of professional fund-raisers to contact the public for donations. This approach is used by small non-profits that do not have adequate staff or volunteers to conduct fundraising on their own. You may have been contacted by one of these fund-raising groups by phone – a professional police or firefighter’s association. In studying the topic, I reached out to Christopher Curtis, Chief of the Public Protection Division of the Vermont Attorney General’s office. Chris noted that there are no prohibitions on association or non-profit fundraising. These activities can include “boot” coin drops by volunteer firefighters or sophisticated letter, email or telephone campaigns. But Chris also notes that non-profits must be registered as such with the office of the Secretary of State. In addition, professional fundraisers must register their campaigns and pay a fee to the office of the Attorney General.

donate. Fundraising and charity appeals are usually

As a potential donor, you may also want to know

designed to evoke an empathetic or sympathetic

if your donation is tax-deductible as an IRS 501(c)

response by triggering emotions can be powerful.

(3) organization. Two additional conditions apply to

Unsure about this; consider the relatively recent increase

professional fundraising. The solicitor must disclose

in the number of television fund raising advertisements

in a “clear and conspicuous manner” that he or she

for hospitals or animal rescue programs. In deciding

is a professional fundraiser and what percentage of

whether or not the appeal is a scam, do a little

the donation actually ends up with the charity. The

research. Where is the charity located? Do they have a

caller often does not immediately volunteer this information and it may be necessary to ask him or her

20 | December 2019 | VermontMaturity.com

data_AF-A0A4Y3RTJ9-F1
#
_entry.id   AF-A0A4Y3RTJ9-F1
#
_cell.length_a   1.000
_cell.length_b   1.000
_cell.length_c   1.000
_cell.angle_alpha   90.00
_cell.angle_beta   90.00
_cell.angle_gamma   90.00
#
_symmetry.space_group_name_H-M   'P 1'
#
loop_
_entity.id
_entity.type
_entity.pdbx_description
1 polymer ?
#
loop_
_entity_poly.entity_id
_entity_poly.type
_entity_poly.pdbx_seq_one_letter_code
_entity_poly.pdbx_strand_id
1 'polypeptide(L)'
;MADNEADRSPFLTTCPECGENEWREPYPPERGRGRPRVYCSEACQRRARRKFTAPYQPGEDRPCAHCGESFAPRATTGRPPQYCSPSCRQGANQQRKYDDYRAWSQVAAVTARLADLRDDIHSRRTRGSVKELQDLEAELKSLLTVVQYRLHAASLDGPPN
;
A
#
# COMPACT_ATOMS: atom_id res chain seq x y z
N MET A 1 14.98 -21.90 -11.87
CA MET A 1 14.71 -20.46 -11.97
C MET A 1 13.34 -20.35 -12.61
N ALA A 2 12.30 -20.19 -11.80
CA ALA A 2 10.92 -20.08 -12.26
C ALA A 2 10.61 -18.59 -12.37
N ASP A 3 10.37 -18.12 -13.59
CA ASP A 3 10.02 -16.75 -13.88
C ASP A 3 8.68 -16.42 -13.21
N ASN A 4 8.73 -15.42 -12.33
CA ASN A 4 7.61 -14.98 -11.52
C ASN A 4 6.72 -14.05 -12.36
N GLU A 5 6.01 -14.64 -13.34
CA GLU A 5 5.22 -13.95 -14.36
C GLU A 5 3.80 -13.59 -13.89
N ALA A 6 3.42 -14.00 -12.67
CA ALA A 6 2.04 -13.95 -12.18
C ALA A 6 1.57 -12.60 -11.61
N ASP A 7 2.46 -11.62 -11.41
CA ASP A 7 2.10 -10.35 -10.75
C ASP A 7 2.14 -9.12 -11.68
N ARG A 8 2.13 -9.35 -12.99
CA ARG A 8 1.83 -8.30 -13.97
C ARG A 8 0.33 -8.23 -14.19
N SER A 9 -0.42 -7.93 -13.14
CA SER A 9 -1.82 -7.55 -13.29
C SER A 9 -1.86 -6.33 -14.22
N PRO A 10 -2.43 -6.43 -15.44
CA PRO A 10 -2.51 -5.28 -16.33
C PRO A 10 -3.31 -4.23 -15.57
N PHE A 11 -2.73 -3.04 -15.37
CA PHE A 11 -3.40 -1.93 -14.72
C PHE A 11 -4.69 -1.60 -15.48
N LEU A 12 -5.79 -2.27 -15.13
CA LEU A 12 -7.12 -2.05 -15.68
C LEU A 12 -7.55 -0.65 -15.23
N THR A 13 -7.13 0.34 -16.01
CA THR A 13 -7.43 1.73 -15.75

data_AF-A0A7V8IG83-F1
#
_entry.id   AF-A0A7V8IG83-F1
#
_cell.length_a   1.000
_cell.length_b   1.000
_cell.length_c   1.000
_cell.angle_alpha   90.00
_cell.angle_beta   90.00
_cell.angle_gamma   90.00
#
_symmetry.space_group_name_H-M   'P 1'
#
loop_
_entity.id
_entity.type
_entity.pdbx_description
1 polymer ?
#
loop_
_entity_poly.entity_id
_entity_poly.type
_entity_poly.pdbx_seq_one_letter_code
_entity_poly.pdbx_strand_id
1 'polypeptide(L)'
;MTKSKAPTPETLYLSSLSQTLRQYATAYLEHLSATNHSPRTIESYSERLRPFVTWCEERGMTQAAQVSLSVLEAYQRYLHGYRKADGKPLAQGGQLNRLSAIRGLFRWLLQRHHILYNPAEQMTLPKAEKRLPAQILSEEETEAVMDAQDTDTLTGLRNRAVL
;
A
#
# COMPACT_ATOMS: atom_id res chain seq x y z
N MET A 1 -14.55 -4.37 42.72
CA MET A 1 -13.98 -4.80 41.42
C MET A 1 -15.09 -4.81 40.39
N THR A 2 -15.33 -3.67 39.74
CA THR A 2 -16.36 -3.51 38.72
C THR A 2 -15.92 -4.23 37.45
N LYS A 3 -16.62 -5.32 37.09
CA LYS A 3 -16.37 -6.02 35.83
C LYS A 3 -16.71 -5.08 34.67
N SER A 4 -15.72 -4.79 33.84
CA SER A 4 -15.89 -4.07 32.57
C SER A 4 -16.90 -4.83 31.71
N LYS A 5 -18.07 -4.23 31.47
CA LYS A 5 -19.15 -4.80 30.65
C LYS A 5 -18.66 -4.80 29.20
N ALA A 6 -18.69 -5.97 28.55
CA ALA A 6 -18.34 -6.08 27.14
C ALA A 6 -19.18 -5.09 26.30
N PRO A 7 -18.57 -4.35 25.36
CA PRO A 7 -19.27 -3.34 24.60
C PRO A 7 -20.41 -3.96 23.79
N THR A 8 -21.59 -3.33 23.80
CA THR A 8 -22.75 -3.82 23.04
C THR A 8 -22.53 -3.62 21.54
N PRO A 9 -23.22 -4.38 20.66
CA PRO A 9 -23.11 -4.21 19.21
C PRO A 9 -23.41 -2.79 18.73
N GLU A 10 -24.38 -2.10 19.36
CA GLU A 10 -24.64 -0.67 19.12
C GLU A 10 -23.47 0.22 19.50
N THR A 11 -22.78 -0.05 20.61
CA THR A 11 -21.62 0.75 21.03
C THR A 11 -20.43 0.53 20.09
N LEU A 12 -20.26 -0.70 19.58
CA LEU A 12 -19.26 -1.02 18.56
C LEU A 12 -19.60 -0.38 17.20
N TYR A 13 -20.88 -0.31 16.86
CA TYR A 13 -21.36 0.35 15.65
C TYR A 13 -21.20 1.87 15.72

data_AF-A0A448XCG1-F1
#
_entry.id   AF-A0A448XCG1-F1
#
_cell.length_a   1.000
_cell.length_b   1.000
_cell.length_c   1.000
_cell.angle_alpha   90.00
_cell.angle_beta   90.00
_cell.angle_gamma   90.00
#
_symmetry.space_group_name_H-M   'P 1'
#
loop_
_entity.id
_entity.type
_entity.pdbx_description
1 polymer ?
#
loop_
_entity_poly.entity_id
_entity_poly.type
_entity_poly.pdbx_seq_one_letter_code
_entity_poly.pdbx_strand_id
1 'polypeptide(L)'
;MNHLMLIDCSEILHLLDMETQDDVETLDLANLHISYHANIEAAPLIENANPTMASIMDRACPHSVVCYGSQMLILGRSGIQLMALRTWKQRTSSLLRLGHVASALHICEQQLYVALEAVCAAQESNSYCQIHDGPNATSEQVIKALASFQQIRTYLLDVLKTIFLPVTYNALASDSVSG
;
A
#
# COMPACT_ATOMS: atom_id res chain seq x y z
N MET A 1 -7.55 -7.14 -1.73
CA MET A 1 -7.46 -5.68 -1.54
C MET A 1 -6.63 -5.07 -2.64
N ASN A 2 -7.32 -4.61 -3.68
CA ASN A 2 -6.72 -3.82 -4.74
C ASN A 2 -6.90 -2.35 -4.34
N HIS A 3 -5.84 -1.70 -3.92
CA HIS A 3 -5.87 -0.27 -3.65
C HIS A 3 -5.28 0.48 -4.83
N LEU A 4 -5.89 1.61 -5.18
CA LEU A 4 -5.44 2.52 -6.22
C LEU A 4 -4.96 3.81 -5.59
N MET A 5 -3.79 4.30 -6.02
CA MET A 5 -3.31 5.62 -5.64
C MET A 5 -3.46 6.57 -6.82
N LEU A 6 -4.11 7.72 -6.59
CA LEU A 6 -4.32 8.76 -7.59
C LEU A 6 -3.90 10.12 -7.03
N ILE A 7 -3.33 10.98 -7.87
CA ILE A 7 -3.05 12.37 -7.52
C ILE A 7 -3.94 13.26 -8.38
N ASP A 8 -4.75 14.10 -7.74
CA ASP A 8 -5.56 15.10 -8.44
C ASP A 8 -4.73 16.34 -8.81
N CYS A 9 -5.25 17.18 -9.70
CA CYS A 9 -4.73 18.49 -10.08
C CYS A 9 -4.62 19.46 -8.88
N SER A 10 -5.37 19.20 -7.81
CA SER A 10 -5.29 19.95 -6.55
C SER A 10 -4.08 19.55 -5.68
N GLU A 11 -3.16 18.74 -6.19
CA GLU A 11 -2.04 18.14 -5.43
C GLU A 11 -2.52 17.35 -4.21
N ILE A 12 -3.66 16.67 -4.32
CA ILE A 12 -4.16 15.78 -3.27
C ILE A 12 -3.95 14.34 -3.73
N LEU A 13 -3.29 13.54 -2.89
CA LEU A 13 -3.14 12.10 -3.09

directly. I was recently solicited for a donation to a

where the entire donation can be applied to the needs

regional law enforcement non-profit. I asked the two

of the group or community. Also, to see if a charity is

questions – are you a professional fundraiser and how

legit, go to Charitywatch.org to look them up or contact

much of my donation goes to the organization? The

the AARP Fraud Watch Network Help Line at 877-

answers – yes, I am a professional; the group receives

908-3360 for advice, resources and tips. Questions,

14% of the donations collected. I contacted two groups

comments, concern? Contact me at egreenblott@aarp.

using professional fundraisers for their feedback. Both

org. VM

were aware of the limited amount of money that would be received, but also felt that without the use

Elliott Greenblott is a retired educator and the Vermont coordinator of the AARP Fraud Watch Network.

of professionals they would face financial difficulties. This leads to the question – are these fundraisers committing a scam? Whether or not you agree, these are not scams as long as they meet the State requirements for fundraising. Your decision to respond to the solicitation is yours to make but if you decide to contribute, apply the following considerations. The safest form of payment is credit card;

Aaron Glosser, CFP®

never pay with gift cards. Payment

fundraiser will not ask you to make

IRT-1848E-A

by check is less safe, but still offers some protection. (A legitimate

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your donation with a gift card or a wire transfer). Request that you be sent a donation form or flyer. Above all, don’t be afraid to tell the caller –

Holly Lemieux Attorney at Law

NO! If all of this seems a bit too complicated and too much of a roadblock to making contributions there is another approach to take. Disregard the solicitations and check out the groups that operate in your community. A direct donation to the local volunteer firefighters, library, or senior center can provide much needed support

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Vermont Maturity | December 2019 | 21


Do You Need to Take a Dietary Supplement? by Brigitte Harton, RD, CD, NBC-HWC

Everyday it seems like a new product pops up on store shelves that promises to give you more energy, less pain, or even guarantee a longer life. You may have seen these products or heard from family members about how well they work and wondered if you should take them. But are they worth the money, safe or even needed?